In the alert, Emanuel is noted for representing the “…notorious union-busting law firm Littler Mendelson,” and Kaplan’s, “…sole experience with labor law is on a policy level, drafting legislation to weaken worker protections…”
Read the entire letter from the AFL-CIO
Download PDF of letter HERE
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From overtime rules to worker protections, 5 ways Trump is shifting labor policy
A Senate committee is set to vote Wednesday on nominees to the National Labor Relations Board who would give the agency a Republican majority expected to reverse major pro-labor decisions issued during the presidency of Barack Obama.
Meanwhile, the Department of Labor is expected to scale back Obama-era plans to extend overtime eligibility to millions more workers. Several pro-worker regulations have been scrapped or delayed. And, in a sharp reversal from the prior administration, the government is backing the employer's position in a Supreme Court case on mandatory arbitration agreements that prohibit workers from filing class-action lawsuits.
To Peter Steinmeyer, an attorney in the Chicago office of Epstein Becker Green who represents management in employment cases, the developments reflect a predictable swing of the pendulum back to the pro-business right that occurs when Republicans take the White House from Democrats.
"The Trump administration isn't going to do anything out of line from what we have seen in prior Republican administrations," he said. One exception, he said, may be that Trump is at odds with many business leaders in his quest to reduce immigration.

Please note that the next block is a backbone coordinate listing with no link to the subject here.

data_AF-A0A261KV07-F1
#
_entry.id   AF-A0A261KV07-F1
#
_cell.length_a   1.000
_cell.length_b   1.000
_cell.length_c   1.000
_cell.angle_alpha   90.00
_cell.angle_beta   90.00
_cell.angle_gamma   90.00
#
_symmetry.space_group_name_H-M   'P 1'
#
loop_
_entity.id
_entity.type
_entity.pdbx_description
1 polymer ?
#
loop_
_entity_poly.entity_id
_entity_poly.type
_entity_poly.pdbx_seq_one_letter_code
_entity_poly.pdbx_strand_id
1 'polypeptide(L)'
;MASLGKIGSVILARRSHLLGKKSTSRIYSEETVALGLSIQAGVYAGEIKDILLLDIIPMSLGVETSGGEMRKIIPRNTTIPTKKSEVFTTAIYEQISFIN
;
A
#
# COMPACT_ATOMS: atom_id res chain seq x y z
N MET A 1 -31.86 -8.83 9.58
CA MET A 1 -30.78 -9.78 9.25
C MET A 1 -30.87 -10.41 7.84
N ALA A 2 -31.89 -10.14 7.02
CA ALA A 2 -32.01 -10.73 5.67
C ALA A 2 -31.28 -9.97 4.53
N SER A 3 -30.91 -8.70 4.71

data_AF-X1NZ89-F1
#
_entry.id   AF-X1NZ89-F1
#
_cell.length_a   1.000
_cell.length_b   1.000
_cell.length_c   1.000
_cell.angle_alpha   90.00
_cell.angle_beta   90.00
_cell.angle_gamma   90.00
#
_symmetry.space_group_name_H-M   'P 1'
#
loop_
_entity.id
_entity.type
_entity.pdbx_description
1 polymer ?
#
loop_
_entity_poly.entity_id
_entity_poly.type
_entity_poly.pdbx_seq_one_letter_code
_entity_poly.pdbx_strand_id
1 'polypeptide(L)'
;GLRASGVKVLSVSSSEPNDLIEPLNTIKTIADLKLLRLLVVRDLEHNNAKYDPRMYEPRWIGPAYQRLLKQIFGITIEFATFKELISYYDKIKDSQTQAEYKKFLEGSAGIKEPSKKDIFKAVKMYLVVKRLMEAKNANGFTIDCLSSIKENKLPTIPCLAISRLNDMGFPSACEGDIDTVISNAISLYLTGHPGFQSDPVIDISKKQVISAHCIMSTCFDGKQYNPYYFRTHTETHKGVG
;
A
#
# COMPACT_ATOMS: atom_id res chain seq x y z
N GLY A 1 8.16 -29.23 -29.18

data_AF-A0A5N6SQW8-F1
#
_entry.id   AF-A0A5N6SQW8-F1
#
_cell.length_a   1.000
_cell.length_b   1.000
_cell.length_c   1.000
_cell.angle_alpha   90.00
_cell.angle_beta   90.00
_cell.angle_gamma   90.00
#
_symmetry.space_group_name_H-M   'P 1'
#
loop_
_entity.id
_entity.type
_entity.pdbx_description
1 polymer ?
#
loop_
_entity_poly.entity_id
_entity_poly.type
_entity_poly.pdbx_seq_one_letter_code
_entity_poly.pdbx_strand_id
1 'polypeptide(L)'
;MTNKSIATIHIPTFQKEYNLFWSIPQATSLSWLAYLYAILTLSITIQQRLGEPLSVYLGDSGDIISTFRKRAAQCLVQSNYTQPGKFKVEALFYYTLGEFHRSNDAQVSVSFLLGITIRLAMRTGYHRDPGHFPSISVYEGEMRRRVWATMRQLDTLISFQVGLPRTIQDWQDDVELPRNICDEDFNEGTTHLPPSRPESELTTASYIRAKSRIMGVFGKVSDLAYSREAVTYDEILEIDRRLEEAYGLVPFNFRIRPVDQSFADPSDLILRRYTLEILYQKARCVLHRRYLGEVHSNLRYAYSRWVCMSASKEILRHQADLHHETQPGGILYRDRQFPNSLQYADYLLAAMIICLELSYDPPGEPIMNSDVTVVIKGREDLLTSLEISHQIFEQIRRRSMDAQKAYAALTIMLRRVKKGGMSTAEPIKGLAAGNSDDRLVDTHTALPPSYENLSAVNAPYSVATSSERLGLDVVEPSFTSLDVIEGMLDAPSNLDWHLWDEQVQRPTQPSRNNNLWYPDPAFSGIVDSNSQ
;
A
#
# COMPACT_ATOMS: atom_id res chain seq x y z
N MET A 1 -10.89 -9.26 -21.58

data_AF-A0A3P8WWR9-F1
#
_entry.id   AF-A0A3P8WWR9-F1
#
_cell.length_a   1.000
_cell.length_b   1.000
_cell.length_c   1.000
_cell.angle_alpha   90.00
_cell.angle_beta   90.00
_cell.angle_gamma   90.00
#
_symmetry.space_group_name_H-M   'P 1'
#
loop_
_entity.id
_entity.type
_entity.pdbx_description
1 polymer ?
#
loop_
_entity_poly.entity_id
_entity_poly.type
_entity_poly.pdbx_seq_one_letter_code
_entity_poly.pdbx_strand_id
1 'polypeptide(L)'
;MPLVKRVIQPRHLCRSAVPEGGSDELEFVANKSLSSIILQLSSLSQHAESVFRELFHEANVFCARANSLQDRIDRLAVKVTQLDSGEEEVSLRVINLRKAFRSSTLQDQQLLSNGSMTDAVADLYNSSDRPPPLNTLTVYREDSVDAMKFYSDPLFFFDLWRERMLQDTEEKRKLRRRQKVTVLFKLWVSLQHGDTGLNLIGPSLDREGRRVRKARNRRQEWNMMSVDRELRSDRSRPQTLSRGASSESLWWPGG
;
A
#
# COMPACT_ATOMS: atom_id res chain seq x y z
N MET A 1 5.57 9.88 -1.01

But Celine McNicholas, labor counsel at the left-leaning Economic Policy Institute, said the changes, plus proposed deep cuts to the Labor Department's budget, are alarming. While budget tightening and pro-business policies are to be expected with a Republican White House, the size and targets of the cuts and the number of rules being rolled back are "not business as usual," she said.
"If you consider all that, I would argue that the first six months of the Trump administration have been devastating for workers in this country — unprecedented even," said McNicholas, who served as special counsel at the NLRB during the Obama administration.
Here are five labor policy developments that have taken place in recent months:
Overtime threshold redo
Trump's Labor Department filed a brief in federal appellate court late last month indicating it will not advocate for the overtime changes set by the Obama administration.
Those changes would have required nearly everyone paid less than $47,476 a year to be eligible for time-and-a-half pay when they worked more than 40 hours a week, a big jump from the $23,660 threshold in place since 2004 and a cornerstone of the Obama administration's efforts to lift wages.
A federal judge in Texas blocked the rule a week before it was scheduled to take effect Dec. 1, and Obama's Labor Department appealed.
The brief filed by the Trump Labor Department on June 30 states that the agency will seek public comment on a new salary threshold. That means a more modest increase could be in store.
"The betting is that it will go from $46,000 to somewhere in the mid-30s," said Brian Bulger, an attorney in the Chicago office of Cozen O'Connor who represents employers. "$33,000 is the big over-under."
National Labor Relations Board appointments
Trump's nominees to fill two vacancies on the five-member NLRB would give the agency its first Republican majority since President George W. Bush was in office, potentially tilting the board toward more employer-friendly stances.
The NLRB, an independent agency tasked with enforcing federal labor law related to collective bargaining and unfair labor practices, came under fire during the Obama years by Republicans who thought the board's Democratic majority was pushing a pro-union agenda, and those critics have been eager to undo some of its major decisions.